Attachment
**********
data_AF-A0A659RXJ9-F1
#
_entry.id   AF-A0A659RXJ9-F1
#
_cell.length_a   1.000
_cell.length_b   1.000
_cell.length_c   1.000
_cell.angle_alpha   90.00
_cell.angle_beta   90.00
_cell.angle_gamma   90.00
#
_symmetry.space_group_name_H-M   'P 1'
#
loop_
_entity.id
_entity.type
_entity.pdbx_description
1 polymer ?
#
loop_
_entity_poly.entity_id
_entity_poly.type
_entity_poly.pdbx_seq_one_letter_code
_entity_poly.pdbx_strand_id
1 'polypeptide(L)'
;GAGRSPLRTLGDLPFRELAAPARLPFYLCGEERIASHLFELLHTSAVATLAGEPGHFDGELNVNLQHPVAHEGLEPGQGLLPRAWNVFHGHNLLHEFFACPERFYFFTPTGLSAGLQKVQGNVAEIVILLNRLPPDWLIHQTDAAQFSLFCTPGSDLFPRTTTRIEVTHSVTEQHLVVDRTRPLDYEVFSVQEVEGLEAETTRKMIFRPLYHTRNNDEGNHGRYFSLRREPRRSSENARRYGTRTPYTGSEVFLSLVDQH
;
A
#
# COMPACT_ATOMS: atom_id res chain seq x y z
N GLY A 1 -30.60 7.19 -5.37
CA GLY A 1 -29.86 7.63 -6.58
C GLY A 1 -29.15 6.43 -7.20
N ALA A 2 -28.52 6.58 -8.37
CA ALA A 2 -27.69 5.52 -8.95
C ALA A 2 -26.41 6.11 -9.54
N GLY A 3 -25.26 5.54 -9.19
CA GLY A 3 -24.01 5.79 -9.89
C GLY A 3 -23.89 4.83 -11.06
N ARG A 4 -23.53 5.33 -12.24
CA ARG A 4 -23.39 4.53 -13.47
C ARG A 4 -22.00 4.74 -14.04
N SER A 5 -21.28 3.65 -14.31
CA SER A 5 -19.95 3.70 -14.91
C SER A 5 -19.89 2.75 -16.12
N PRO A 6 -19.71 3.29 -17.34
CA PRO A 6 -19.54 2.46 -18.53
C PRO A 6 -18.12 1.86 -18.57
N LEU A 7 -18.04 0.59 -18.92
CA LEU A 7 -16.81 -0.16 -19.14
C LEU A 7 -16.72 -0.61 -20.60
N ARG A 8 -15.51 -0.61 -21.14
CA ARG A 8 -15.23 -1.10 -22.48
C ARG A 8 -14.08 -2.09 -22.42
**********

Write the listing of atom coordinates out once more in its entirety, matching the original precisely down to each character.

data_AF-A0A659RXJ9-F1
#
_entry.id   AF-A0A659RXJ9-F1
#
_cell.length_a   1.000
_cell.length_b   1.000
_cell.length_c   1.000
_cell.angle_alpha   90.00
_cell.angle_beta   90.00
_cell.angle_gamma   90.00
#
_symmetry.space_group_name_H-M   'P 1'
#
loop_
_entity.id
_entity.type
_entity.pdbx_description
1 polymer ?
#
loop_
_entity_poly.entity_id
_entity_poly.type
_entity_poly.pdbx_seq_one_letter_code
_entity_poly.pdbx_strand_id
1 'polypeptide(L)'
;GAGRSPLRTLGDLPFRELAAPARLPFYLCGEERIASHLFELLHTSAVATLAGEPGHFDGELNVNLQHPVAHEGLEPGQGLLPRAWNVFHGHNLLHEFFACPERFYFFTPTGLSAGLQKVQGNVAEIVILLNRLPPDWLIHQTDAAQFSLFCTPGSDLFPRTTTRIEVTHSVTEQHLVVDRTRPLDYEVFSVQEVEGLEAETTRKMIFRPLYHTRNNDEGNHGRYFSLRREPRRSSENARRYGTRTPYTGSEVFLSLVDQH
;
A
#
# COMPACT_ATOMS: atom_id res chain seq x y z
N GLY A 1 -30.60 7.19 -5.37
CA GLY A 1 -29.86 7.63 -6.58
C GLY A 1 -29.15 6.43 -7.20
N ALA A 2 -28.52 6.58 -8.37
CA ALA A 2 -27.69 5.52 -8.95
C ALA A 2 -26.41 6.11 -9.54
N GLY A 3 -25.26 5.54 -9.19
CA GLY A 3 -24.01 5.79 -9.89
C GLY A 3 -23.89 4.83 -11.06
N ARG A 4 -23.53 5.33 -12.24
CA ARG A 4 -23.39 4.53 -13.47
C ARG A 4 -22.00 4.74 -14.04
N SER A 5 -21.28 3.65 -14.31
CA SER A 5 -19.95 3.70 -14.91
C SER A 5 -19.89 2.75 -16.12
N PRO A 6 -19.71 3.29 -17.34
CA PRO A 6 -19.54 2.46 -18.53
C PRO A 6 -18.12 1.86 -18.57
N LEU A 7 -18.04 0.59 -18.92
CA LEU A 7 -16.81 -0.16 -19.14
C LEU A 7 -16.72 -0.61 -20.60
N ARG A 8 -15.51 -0.61 -21.14
CA ARG A 8 -15.23 -1.10 -22.48
C ARG A 8 -14.08 -2.09 -22.42